Fernando Sor:

The Complete Studies, Lessons, and Exercises for guitar

edited by Brian Jeffery



The marvellous studies of Fernando Sor, and his lessons and exercises, have been a part of guitarists’ experience for a century and a half. With their exuberance and lyricism and their sheer sense of freedom and enjoyment, and with the beauty and simplicity of the later easier pieces for beginners, they are a central part of the classical repertory for the instrument. This book sets out to provide them all, for the first time complete in one book. They are edited directly from the original editions.

Sor composed in all 24 studies, 49 lessons, and 24 exercises as follows:

12 Studies, opus 6
12 Studies, opus 29
24 Lessons, opus 31
Introduction to the Study of the Guitar, opus 60 (this contains 25 pieces, to which Sor himself referred several times as “Lessons”).

This book contains them all: first the well-known virtuoso sets of studies, opus 6 and opus 29, because they were the first which Sor composed, and then the simpler lessons and exercises, opp. 31, 35, and 60. Beginners and students will find many beautiful and easy pieces in the Lessons and Exercises opus 31 and opus 35 and especially in the Introduction to the Study of the Guitar, opus 60.

Sor’s craftsmanship is superb in all of them. His aim is always a musical experience, a shape, a form, a structure, and even his simplest pieces are beautifully written. Whether a piece is called a study, a lesson, or an exercise is not so important; what matters is that this is music by a fine musician.

The twelve studies, opus 6

It often happens with creative work that the first has great energy. This is true of the first and earliest of the works in this book, the twelve studies later called opus 6, full of strength and lyricism, which were first published in London under the title Studio for the Spanish Guitar in about 1815/17. Sor was about 37 and at the height of his powers. It was the time of his great success in London, after he had been forced to flee from Spain at the end of the Peninsular War. He lived in Charlotte Street, near the north London area where most of the Spanish exiles lived, with whom he stayed in touch. His concerts and pupils were many; his songs poured from the presses; and the manger of the King’s Theatre, John Ebers, called him “the extraordinary Spaniard Sor, who is known to be the most perfect guitarist in the world”.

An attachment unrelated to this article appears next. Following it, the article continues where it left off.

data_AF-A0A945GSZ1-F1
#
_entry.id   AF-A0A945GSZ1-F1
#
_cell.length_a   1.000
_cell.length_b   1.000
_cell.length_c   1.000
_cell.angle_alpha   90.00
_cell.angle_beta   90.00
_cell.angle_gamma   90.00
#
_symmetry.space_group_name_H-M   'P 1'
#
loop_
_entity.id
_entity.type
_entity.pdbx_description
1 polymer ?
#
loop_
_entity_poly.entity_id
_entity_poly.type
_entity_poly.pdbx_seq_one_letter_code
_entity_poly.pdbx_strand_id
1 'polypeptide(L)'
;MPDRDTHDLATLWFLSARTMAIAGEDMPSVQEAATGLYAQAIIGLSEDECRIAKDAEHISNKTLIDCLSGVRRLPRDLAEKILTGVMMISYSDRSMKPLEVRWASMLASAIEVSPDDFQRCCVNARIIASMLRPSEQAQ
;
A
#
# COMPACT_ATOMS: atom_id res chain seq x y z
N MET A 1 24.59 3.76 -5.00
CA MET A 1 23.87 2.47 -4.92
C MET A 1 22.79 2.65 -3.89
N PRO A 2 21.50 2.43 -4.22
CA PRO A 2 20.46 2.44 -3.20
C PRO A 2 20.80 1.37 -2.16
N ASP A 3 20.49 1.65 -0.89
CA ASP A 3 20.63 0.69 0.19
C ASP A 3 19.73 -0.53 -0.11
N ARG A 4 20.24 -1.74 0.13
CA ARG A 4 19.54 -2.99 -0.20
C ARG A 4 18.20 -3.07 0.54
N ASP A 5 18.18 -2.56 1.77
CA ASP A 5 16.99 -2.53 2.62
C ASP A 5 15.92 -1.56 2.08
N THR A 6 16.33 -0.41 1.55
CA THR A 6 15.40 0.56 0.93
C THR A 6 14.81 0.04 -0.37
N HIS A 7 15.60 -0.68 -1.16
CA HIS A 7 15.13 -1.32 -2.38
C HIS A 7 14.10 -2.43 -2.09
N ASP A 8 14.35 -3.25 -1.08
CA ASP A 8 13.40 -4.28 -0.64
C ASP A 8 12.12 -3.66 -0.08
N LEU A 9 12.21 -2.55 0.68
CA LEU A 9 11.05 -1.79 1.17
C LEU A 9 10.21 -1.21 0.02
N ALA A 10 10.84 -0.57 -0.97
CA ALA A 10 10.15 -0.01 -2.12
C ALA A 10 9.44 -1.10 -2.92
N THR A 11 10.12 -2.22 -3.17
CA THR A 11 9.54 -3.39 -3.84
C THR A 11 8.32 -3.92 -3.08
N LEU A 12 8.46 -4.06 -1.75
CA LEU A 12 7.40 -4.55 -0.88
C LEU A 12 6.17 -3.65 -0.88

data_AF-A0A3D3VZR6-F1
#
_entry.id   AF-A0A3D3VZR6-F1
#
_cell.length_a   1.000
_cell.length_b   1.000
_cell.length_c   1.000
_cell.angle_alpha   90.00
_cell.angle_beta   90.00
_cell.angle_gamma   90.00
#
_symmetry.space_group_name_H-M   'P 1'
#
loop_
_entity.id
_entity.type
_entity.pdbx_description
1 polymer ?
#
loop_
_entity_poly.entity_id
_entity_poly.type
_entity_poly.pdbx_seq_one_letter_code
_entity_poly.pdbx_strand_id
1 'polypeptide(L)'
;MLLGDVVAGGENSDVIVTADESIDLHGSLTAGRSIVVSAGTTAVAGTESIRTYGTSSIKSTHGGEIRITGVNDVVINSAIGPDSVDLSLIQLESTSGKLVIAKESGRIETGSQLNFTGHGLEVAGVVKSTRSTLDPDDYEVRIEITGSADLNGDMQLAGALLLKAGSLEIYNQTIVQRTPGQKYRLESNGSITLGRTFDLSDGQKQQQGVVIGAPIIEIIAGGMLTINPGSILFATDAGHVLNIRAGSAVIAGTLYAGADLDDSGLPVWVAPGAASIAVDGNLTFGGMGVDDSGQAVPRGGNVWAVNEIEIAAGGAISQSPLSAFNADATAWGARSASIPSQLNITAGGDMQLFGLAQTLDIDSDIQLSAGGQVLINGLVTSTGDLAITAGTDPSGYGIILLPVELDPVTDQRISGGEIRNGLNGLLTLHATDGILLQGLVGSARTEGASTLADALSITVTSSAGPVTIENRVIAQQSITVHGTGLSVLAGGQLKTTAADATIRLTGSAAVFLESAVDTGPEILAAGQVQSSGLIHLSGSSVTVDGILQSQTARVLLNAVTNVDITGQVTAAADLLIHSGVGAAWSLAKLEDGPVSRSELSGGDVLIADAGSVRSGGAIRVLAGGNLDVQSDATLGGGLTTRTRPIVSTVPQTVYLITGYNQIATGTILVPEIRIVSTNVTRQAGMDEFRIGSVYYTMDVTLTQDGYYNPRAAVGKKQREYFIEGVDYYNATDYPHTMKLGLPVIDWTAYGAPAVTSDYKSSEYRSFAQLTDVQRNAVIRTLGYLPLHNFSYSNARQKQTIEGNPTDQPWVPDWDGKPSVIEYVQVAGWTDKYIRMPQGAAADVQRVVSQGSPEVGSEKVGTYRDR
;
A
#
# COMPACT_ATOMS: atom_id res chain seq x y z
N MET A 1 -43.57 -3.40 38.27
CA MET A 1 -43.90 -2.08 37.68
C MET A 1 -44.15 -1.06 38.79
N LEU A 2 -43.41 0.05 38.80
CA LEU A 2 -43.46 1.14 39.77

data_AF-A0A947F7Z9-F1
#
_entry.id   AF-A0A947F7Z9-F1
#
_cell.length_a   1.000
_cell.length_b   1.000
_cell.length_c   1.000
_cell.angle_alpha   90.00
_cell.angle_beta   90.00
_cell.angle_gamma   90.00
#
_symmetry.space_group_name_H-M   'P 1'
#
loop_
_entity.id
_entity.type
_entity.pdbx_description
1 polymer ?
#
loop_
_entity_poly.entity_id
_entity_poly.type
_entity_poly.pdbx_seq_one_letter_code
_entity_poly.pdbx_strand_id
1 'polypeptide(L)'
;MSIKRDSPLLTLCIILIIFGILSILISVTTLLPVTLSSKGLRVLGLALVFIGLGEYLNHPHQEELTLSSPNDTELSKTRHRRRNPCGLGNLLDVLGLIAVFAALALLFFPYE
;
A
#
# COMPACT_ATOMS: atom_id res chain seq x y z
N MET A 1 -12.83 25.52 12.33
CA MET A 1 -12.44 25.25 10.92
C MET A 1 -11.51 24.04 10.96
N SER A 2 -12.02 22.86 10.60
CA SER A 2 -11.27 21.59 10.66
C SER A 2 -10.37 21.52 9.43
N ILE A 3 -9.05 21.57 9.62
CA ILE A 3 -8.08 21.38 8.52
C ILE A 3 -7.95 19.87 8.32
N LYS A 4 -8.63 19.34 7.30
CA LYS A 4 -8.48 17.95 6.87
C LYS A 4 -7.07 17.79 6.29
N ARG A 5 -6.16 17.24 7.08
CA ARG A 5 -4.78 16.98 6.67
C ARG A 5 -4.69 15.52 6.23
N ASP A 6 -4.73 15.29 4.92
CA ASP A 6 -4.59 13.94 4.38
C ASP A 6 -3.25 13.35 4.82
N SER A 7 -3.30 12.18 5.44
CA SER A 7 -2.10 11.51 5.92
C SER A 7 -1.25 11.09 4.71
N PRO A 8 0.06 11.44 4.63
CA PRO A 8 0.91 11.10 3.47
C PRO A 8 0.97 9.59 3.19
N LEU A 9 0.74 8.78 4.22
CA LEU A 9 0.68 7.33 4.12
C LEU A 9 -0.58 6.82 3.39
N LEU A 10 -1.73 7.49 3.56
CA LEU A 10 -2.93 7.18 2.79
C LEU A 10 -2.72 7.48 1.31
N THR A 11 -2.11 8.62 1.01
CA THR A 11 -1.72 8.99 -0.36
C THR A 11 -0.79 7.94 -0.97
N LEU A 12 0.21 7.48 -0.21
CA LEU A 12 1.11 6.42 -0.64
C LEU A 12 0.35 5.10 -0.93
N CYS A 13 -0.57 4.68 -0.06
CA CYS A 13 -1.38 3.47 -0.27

Many of these twelve studies (opus 6) are virtuoso compositions, in which the technique dazzles. Probably nothing like the study in octaves, Study 10, had been heard in England before. But there was another side to Sor’s nature, a side which has meant that his music has endured and is played by many thousands of people two hundred years later: an inner strength, a profundity. A perceptive notice appeared in one of the London periodicals of the time: “Mr. Sor feels what he has to say, and that feeling is not merely true, it is deep and intense”. Surely we here approach the reason why this first set of studies is among the classics for the instrument.

The twelve studies, opus 29

The second set of twelve studies, opus 29, was published much later, in 1827. Having fallen in love, it seems, with a dancer, Sor left London in about 1823 and traveled to Russia, where he stayed for about three years. It seems likely that this second set of studies was composed in Russia, for it was first published, together with several other works, immediately after his return from there to Paris. These twelve new studies are fine and developed works. Opinions will differ about their style, but it seems to me that although they are perhaps more thoughtful, they have less fire than did the first set of ten years earlier. Sor gave them the numbering 13-24, carrying on from the numbering 1-12 of opus 6.

The 24 Lessons opus 31, and the 24 Exercises opus 35

When Sor settled in Paris and became a teacher, the style of his music changed very quickly. Already in 1828 appeared both the 24 Lessons (opus 31) and the 24 Exercises (opus 35). These are different from the two sets of studies, in that they contain a new type of material a well as some of the old. Thus, some of the Lessons are very simple, such as the eloquent and beautiful Lesson 2, while others are so complex that they are similar to the studies, such as Lesson 19.

Sor’s life had changed a great deal. After his tumultuous wartime experiences in Spain and his very active life in England, he settled down to a much quieter way of life as a teacher of the guitar in Paris. He had a young daughter Caroline, and we may guess that he believed that a more settled life would be beneficial to her. However that may be, certainly he was now free to give his full attention to a new subject, that is the needs of the beginning student, and the Lessons and Exercises are the first fruits of that attention. They contain many easy pieces in which a splendid gift of melodic invention and musical integrity is placed at the service of the student. Moreover, it is clear to anyone who plays this music that the London reviewer was right when he said: “Mr. Sor feels what he has to say”.